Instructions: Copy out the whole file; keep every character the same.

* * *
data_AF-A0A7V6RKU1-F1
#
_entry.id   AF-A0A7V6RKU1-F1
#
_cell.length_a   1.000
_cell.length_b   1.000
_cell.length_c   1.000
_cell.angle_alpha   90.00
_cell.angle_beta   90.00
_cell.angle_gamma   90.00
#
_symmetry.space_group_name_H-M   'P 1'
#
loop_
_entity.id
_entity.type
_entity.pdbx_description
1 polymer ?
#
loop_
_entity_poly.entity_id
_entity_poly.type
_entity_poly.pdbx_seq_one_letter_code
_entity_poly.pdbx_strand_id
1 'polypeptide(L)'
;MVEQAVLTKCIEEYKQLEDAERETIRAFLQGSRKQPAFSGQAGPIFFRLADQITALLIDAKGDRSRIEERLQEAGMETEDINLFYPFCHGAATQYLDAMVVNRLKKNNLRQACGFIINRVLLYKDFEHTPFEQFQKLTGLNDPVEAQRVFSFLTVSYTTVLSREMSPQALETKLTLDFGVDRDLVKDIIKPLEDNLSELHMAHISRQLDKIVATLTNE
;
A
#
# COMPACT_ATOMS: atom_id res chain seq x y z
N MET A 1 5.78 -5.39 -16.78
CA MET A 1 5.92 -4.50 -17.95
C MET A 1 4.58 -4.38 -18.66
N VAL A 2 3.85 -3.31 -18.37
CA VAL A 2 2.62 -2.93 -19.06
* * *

data_AF-A0A7V6RKU1-F1
#
_entry.id   AF-A0A7V6RKU1-F1
#
_cell.length_a   1.000
_cell.length_b   1.000
_cell.length_c   1.000
_cell.angle_alpha   90.00
_cell.angle_beta   90.00
_cell.angle_gamma   90.00
#
_symmetry.space_group_name_H-M   'P 1'
#
loop_
_entity.id
_entity.type
_entity.pdbx_description
1 polymer ?
#
loop_
_entity_poly.entity_id
_entity_poly.type
_entity_poly.pdbx_seq_one_letter_code
_entity_poly.pdbx_strand_id
1 'polypeptide(L)'
;MVEQAVLTKCIEEYKQLEDAERETIRAFLQGSRKQPAFSGQAGPIFFRLADQITALLIDAKGDRSRIEERLQEAGMETEDINLFYPFCHGAATQYLDAMVVNRLKKNNLRQACGFIINRVLLYKDFEHTPFEQFQKLTGLNDPVEAQRVFSFLTVSYTTVLSREMSPQALETKLTLDFGVDRDLVKDIIKPLEDNLSELHMAHISRQLDKIVATLTNE
;
A
#
# COMPACT_ATOMS: atom_id res chain seq x y z
N MET A 1 5.78 -5.39 -16.78
CA MET A 1 5.92 -4.50 -17.95
C MET A 1 4.58 -4.38 -18.66
N VAL A 2 3.85 -3.31 -18.37
CA VAL A 2 2.62 -2.93 -19.06